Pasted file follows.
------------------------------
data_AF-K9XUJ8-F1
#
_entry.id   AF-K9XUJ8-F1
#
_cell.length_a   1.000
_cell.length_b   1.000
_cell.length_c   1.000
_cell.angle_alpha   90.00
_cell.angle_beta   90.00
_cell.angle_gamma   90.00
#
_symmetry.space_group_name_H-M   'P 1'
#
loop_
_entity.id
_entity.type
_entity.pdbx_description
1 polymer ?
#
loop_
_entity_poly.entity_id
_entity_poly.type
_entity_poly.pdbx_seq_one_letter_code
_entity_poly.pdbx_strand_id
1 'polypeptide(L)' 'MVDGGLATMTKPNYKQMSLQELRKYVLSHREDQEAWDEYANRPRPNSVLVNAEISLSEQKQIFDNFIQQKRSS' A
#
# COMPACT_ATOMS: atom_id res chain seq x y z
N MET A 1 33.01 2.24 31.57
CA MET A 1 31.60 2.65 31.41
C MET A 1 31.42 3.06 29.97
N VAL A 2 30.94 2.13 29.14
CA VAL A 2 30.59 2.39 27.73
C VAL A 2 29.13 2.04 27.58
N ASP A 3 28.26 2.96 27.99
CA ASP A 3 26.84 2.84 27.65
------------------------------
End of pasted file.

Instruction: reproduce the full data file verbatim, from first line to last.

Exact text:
data_AF-K9XUJ8-F1
#
_entry.id   AF-K9XUJ8-F1
#
_cell.length_a   1.000
_cell.length_b   1.000
_cell.length_c   1.000
_cell.angle_alpha   90.00
_cell.angle_beta   90.00
_cell.angle_gamma   90.00
#
_symmetry.space_group_name_H-M   'P 1'
#
loop_
_entity.id
_entity.type
_entity.pdbx_description
1 polymer ?
#
loop_
_entity_poly.entity_id
_entity_poly.type
_entity_poly.pdbx_seq_one_letter_code
_entity_poly.pdbx_strand_id
1 'polypeptide(L)' 'MVDGGLATMTKPNYKQMSLQELRKYVLSHREDQEAWDEYANRPRPNSVLVNAEISLSEQKQIFDNFIQQKRSS' A
#
# COMPACT_ATOMS: atom_id res chain seq x y z
N MET A 1 33.01 2.24 31.57
CA MET A 1 31.60 2.65 31.41
C MET A 1 31.42 3.06 29.97
N VAL A 2 30.94 2.13 29.14
CA VAL A 2 30.59 2.39 27.73
C VAL A 2 29.13 2.04 27.58
N ASP A 3 28.26 2.96 27.99
CA ASP A 3 26.84 2.84 27.65